Amount donated: In excess of $1.5bn
Philanthropic causes: Everything from science, technology, education and the Arts to the preserving the oceans, fisheries, endangered species and the past
Region of philanthropic focus: Focused mainly in USA and Africa, but positive impact of philanthropy is global due to the causes embraced
Ranking: As a member of The Giving Pledge, Allen has signed up to giving at least half of his fortune to philanthropic causes. In February 2016, Allen assigned an assistant secretary-general of the UN, Tony Banbury, to be his chief philanthropy officer.
Net worth: $17.7 billion (Forbes 2016)
Source of wealth: Technology (co-founder of Microsoft); investments
American philanthropist Paul Gardner Allen has been awarded many times over the fruits of his breathtaking vision and his all-encompassing charitable-giving, which exceeds $1.8 billion with the figure ever-increasing.
Perhaps, the award that best encapsulates his holistic spirit is the Andrew Carnegie Medal of Philanthropy, presented in August 2015. It recognises his work “to save endangered species, fight Ebola, research the human brain, support the Arts, protect the oceans, and expand educational opportunities for girls.”
Born in Seattle, Washington, on 21st January, 1953, Allen made his fortune as a co-founder of Microsoft, the global software concern that in his words “changed the way people work, play and communicate.” A billionaire at the age of 30, Allen had dropped out of university then given up a job as a programmer to follow his dream. His fellow co-founder is Bill Gates, whom Allen had befriended at Lakeside High School, and later convinced to drop out of university to establish his brainchild.
In 1982, Allen was diagnosed with Hodgkin’s lymphoma, from which he recovered. With the revelation, however, came a shift in perspective. Allen began withdrawing from Microsoft and ‘living the dream’ – buying items such as luxury yachts, the most famous of which is Octopus. He owns an aerospace company; award-winning media company, Vulcan Productions; two professional sports teams (Seattle Seahawks and Portland Trail Blazers), with a share in a third (Seattle Sounders FC), and plays with a rock band, The Underthinkers.
Living large was not the only sea-shift. Allen began investing in fledgling businesses (as Microsoft had been seven years earlier). One cannot view this solely as a hard-nosed business decision – the wheels of philanthropy had been set in motion, albeit, on a subliminal level.
The acts of philanthropy would become more overt and additional business interests come to the fore – with customary prescience, Allen set up Vulcan Inc. in 1986 to oversee the management of both dominating forces.
Allen’s multi-billion investment portfolio (of which the net assets were estimated to be $17.7bn by Forbes in April 2016) include real estate holdings and a cable company, cited as the USA’s seventh largest in 1998.
In 1986, Allen and his sister, Jody, established The Paul G. Allen Family Foundation to “jumpstart meaningful change” in “the arts, financial empowerment, libraries, education and science and technology.” Together, over 1,500 non-profit organisations across the globe have received in excess of $494m from the Foundation.
The siblings’ father was an Associate Director of a University Library System and mother an Elementary School teacher. Allen found them inspirational: “They instilled in me great passion for learning, for ideas and the potential of what could be...”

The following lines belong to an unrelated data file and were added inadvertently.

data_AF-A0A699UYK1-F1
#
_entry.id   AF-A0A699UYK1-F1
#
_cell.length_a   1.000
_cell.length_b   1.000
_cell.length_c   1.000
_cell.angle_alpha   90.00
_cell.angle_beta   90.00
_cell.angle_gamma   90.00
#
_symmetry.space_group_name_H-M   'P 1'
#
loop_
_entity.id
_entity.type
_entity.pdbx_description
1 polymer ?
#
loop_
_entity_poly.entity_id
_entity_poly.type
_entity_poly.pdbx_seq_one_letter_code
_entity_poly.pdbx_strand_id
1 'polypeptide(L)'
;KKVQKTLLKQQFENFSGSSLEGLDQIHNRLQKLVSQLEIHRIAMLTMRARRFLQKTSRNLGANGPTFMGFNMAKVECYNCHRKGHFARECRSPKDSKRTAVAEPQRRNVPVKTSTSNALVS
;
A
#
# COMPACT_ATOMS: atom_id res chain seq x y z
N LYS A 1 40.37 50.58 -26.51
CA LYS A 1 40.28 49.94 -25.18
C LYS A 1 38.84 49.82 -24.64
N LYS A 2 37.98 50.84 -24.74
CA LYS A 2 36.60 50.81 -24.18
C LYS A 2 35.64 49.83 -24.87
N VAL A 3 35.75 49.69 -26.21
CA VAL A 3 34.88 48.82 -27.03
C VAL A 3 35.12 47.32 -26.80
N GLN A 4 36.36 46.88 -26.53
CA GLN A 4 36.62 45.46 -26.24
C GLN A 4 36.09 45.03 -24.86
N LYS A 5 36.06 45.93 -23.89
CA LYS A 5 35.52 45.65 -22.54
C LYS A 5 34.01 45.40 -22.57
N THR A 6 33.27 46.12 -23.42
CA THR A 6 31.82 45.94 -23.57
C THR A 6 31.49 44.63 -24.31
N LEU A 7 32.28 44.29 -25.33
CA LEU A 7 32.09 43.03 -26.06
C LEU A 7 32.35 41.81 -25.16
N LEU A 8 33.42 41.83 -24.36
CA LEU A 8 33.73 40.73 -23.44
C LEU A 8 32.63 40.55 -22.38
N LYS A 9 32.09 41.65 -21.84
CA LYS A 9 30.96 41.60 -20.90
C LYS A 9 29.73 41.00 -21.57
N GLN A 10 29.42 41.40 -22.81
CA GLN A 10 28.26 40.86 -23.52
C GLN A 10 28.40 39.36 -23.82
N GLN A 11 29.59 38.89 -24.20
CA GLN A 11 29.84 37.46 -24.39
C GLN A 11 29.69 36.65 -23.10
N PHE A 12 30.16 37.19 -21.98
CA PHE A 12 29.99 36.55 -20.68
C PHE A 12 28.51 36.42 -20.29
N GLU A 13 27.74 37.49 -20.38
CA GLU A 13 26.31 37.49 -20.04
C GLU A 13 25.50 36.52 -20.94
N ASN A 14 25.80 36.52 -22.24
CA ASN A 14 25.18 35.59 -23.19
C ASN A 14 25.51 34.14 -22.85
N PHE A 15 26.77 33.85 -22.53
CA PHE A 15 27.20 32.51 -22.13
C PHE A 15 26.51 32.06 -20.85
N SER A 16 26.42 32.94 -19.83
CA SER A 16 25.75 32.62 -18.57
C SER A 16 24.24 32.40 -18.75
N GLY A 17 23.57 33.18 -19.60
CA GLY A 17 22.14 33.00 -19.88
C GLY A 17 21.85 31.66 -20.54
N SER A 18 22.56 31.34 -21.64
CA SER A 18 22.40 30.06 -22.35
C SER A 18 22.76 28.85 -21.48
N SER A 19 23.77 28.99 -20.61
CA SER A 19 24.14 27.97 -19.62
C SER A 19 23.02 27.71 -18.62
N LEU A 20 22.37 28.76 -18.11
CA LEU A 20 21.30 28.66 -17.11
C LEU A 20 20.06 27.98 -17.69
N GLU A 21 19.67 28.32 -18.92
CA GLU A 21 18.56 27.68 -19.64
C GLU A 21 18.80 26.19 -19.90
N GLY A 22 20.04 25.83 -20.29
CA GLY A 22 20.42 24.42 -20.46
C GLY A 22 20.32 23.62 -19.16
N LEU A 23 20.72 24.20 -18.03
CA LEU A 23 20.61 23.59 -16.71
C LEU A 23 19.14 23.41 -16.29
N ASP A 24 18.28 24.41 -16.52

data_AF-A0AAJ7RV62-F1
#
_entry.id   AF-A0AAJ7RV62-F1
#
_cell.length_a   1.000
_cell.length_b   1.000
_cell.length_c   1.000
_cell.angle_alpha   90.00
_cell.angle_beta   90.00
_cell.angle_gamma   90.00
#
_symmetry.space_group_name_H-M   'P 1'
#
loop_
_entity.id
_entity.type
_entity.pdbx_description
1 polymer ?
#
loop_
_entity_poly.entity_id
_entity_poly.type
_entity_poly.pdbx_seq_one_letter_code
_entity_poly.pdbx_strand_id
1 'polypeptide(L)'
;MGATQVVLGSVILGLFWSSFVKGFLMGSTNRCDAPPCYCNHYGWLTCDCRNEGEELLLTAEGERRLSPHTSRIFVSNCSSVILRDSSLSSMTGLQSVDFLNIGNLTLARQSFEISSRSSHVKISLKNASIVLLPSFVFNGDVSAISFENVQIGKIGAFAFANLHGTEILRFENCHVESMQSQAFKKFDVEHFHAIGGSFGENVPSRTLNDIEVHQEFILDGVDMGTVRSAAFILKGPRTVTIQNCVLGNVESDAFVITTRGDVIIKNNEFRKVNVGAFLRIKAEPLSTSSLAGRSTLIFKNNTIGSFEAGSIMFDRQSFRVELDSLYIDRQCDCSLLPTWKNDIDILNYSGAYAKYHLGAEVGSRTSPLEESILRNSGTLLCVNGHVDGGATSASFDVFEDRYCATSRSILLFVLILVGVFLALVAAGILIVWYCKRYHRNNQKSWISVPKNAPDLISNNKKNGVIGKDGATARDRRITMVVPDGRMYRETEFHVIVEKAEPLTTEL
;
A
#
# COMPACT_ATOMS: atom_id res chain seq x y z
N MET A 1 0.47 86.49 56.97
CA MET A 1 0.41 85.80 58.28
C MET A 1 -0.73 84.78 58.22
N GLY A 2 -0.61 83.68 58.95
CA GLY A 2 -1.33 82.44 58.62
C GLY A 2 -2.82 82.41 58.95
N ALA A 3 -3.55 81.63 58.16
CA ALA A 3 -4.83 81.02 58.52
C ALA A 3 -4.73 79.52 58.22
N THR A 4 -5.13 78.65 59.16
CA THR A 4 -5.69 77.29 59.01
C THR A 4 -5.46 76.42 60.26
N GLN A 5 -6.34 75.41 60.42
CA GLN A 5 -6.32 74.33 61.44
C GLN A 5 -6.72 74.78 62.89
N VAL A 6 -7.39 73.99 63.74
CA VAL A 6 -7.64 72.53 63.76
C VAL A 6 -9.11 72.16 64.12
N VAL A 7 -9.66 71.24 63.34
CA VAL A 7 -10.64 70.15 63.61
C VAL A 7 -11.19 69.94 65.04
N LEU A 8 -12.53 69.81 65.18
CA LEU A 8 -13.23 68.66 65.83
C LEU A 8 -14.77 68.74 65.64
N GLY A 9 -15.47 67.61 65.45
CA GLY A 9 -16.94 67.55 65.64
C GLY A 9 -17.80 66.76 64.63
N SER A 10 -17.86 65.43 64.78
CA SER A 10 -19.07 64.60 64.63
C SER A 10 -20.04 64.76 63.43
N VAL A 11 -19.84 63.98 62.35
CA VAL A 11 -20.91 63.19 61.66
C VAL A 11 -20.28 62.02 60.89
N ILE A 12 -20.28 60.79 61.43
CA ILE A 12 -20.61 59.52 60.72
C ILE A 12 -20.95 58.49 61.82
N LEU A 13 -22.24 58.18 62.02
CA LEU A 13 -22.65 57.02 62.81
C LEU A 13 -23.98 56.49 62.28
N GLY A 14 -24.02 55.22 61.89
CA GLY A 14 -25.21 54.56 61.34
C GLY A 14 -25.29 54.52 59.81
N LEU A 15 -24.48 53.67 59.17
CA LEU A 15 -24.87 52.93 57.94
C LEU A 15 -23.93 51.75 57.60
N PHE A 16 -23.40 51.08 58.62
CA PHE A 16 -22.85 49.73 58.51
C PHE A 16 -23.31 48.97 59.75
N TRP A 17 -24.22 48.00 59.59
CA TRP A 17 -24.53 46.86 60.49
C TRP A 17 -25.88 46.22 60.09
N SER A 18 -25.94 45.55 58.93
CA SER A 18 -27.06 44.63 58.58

The words ‘the potential of what could be’ are prevalent in considering Allen’s life – he has invested heavily (with his heart and pocket) in the world of science. In a bid to “accelerate the pace of discovery” in the realm of bio-science, earlier this year the entrepreneur launched The Paul G Allen Frontiers Group with a $100m commitment. For some, it has been stated, the research areas may be considered “out-of-the-box, at the very edges of knowledge.”
He has also founded and donated $300m to The Allen Institute of Brain Science (2003) to research the link between the brain and disease. A strident example of ‘giving’ at its very best, research data from the Institute is made publicly available online, for free.
Paradoxically, Octopus typifies Allen’s humanitarian spirit – the yacht regularly hosts star-studded parties at Cannes, yet is on stand-by for global mercy missions at sea. Octopus was the vessel used in 2015 to retrieve the bell of World War 11 ship HMS Hood from the Denmark Straight.
The enterprise manifests Allen’s devotion to preserving the past – he has founded several museums that include the , a showcase of military aircraft and armaments, and a Rock ‘n’ Roll museum, the Experience Music Project, dedicated to Jimi Hendrix.
Latterly, Allen has focused his financial might on Africa. In 2014, a $100m contribution to help fight the Ebola epidemic, made Allen its largest private donor. South Africa’s Nelson Mandela Metropolitan University (NMMU) bestowed an Honorary Doctorate (in Philosophy) on Allen the same year.
Allen’s work on the African continent can be viewed as a microcosm for his all-embracing philanthropy – improving the human lot and preserving the delicate equilibrium of our oceans, landscapes and habitats.
The point is reflected in his (NMMU) acceptance speech, made in absentia, to a young university audience – “… never before have people had so many opportunities to contribute to growth, innovation and philanthropy not just in Africa, but everywhere in the world. Each of you now has the chance and the obligation to help change the world for the better... to create a better future for preserving and respecting the past…All of us must rise to this challenge…”